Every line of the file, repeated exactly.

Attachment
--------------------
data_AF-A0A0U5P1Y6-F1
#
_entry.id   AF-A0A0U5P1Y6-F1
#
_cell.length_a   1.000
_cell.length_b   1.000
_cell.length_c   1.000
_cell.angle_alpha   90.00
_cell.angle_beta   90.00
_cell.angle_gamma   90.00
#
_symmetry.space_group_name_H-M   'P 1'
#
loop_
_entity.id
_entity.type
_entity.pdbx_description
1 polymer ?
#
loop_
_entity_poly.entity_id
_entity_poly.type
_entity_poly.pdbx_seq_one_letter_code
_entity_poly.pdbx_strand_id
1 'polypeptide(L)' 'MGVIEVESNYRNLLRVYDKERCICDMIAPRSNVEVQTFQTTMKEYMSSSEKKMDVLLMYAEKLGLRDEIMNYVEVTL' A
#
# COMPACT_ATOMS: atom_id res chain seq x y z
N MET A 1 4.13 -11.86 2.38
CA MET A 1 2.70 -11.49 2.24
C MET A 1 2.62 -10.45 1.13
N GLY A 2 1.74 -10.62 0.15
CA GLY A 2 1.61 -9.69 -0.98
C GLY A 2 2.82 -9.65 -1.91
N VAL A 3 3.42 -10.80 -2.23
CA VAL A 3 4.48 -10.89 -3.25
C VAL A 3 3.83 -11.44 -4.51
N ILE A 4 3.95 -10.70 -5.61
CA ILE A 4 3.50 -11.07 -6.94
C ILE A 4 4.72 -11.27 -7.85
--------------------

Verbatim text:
data_AF-A0A0U5P1Y6-F1
#
_entry.id   AF-A0A0U5P1Y6-F1
#
_cell.length_a   1.000
_cell.length_b   1.000
_cell.length_c   1.000
_cell.angle_alpha   90.00
_cell.angle_beta   90.00
_cell.angle_gamma   90.00
#
_symmetry.space_group_name_H-M   'P 1'
#
loop_
_entity.id
_entity.type
_entity.pdbx_description
1 polymer ?
#
loop_
_entity_poly.entity_id
_entity_poly.type
_entity_poly.pdbx_seq_one_letter_code
_entity_poly.pdbx_strand_id
1 'polypeptide(L)' 'MGVIEVESNYRNLLRVYDKERCICDMIAPRSNVEVQTFQTTMKEYMSSSEKKMDVLLMYAEKLGLRDEIMNYVEVTL' A
#
# COMPACT_ATOMS: atom_id res chain seq x y z
N MET A 1 4.13 -11.86 2.38
CA MET A 1 2.70 -11.49 2.24
C MET A 1 2.62 -10.45 1.13
N GLY A 2 1.74 -10.62 0.15
CA GLY A 2 1.61 -9.69 -0.98
C GLY A 2 2.82 -9.65 -1.91
N VAL A 3 3.42 -10.80 -2.23
CA VAL A 3 4.48 -10.89 -3.25
C VAL A 3 3.83 -11.44 -4.51
N ILE A 4 3.95 -10.70 -5.61
CA ILE A 4 3.50 -11.07 -6.94
C ILE A 4 4.72 -11.27 -7.85